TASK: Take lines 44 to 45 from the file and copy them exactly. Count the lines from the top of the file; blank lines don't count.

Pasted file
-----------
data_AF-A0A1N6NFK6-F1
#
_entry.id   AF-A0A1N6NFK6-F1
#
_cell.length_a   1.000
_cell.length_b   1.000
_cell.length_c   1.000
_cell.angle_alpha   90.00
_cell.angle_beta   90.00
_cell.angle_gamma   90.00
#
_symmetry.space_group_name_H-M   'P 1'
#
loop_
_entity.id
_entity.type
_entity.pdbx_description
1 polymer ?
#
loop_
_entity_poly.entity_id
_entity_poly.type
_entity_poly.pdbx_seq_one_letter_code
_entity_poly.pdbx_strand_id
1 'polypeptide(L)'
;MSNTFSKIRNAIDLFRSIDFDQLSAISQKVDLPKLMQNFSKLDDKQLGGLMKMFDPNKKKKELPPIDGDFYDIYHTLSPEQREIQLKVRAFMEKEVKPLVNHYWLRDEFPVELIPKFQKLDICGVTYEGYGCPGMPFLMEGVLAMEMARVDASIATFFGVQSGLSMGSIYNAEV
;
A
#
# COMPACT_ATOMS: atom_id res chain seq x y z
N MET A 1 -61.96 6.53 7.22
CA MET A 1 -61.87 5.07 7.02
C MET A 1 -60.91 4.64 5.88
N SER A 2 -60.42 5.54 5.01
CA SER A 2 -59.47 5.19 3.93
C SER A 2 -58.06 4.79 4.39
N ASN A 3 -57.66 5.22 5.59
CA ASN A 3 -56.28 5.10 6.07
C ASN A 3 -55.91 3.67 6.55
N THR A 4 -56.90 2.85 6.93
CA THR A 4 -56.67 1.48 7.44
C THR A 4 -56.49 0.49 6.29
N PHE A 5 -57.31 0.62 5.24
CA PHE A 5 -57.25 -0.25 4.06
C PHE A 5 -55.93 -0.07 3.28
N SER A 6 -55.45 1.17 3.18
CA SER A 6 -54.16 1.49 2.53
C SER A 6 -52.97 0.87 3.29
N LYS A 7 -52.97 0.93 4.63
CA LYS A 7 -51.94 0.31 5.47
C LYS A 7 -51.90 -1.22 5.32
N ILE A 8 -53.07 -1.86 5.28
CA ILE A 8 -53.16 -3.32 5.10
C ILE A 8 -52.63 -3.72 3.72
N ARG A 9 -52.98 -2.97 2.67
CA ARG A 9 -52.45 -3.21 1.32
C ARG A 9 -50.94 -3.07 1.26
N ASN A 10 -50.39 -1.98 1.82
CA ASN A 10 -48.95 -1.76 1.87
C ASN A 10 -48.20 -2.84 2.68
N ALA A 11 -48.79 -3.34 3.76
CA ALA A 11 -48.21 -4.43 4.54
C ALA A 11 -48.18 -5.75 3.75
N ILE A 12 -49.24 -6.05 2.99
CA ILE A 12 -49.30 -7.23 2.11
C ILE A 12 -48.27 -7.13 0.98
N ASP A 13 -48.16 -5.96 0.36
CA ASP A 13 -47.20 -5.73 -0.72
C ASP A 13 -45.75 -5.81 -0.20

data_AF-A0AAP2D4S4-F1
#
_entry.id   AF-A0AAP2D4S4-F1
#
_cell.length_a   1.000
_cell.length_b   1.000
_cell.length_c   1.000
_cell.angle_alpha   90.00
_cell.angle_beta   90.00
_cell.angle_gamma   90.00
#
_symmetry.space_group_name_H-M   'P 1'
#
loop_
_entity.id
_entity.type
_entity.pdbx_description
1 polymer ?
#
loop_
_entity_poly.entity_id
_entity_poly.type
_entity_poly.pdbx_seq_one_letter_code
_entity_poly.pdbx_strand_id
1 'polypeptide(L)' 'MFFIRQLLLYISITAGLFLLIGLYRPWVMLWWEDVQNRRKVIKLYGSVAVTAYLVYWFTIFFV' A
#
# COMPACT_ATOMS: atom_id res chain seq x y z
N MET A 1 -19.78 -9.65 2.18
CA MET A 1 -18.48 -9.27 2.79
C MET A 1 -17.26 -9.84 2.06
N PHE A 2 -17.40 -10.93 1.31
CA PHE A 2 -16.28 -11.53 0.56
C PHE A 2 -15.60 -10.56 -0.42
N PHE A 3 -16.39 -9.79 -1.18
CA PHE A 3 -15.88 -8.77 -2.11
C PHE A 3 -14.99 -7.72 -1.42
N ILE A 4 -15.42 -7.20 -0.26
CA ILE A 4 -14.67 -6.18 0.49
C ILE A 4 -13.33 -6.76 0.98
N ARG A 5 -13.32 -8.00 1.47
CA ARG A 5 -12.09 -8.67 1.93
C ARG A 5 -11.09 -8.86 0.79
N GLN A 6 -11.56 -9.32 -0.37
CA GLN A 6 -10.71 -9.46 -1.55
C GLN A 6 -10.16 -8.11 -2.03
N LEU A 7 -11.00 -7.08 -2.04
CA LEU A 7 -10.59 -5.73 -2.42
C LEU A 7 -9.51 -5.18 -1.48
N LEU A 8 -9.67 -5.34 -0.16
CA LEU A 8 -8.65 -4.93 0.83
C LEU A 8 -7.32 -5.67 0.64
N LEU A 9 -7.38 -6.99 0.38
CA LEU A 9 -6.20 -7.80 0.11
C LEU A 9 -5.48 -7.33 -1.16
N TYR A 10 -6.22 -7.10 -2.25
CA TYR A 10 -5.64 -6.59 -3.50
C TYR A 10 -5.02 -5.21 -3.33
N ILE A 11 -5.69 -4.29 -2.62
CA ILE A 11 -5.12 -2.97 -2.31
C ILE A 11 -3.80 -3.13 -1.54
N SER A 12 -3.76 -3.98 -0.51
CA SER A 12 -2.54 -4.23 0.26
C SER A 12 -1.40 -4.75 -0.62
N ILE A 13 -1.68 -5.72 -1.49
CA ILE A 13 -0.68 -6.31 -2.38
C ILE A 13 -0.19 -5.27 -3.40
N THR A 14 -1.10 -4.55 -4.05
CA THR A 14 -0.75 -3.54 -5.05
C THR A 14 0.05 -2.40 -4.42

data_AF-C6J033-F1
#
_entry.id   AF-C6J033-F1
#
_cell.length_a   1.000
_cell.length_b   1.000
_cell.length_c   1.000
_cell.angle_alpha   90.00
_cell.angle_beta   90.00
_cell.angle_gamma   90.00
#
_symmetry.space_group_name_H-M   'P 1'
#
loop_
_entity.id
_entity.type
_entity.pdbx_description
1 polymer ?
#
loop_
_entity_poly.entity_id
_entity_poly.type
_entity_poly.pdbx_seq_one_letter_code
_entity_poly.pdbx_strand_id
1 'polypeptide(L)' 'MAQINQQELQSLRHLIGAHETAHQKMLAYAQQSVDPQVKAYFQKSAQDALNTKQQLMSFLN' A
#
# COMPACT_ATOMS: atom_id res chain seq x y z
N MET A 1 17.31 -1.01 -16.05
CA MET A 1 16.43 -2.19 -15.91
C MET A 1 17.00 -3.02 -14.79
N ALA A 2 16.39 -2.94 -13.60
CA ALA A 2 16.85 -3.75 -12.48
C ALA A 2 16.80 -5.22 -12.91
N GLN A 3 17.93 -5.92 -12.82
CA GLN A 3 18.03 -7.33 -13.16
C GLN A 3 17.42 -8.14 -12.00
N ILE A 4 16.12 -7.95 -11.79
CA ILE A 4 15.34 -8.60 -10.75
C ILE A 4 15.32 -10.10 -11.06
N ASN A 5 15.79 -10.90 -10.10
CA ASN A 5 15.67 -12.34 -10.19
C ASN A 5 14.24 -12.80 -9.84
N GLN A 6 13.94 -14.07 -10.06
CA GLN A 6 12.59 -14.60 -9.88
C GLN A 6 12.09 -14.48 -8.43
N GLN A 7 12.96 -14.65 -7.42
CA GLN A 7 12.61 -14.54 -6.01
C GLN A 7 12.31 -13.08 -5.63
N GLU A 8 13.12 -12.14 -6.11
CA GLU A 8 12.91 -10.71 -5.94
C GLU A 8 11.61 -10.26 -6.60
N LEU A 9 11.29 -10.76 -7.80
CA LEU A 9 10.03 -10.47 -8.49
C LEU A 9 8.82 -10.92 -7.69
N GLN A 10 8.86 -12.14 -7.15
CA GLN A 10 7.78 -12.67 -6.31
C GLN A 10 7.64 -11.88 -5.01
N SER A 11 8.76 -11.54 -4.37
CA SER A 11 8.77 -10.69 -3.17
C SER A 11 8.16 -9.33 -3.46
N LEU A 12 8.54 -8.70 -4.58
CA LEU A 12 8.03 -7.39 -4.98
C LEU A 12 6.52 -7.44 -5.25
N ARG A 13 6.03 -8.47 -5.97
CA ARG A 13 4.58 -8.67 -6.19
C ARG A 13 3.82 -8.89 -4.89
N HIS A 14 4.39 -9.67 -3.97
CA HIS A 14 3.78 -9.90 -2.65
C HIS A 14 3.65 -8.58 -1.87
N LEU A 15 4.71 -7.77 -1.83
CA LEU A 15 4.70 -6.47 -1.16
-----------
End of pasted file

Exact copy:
CA PHE A 5 -57.25 -0.25 4.06
C PHE A 5 -55.93 -0.07 3.28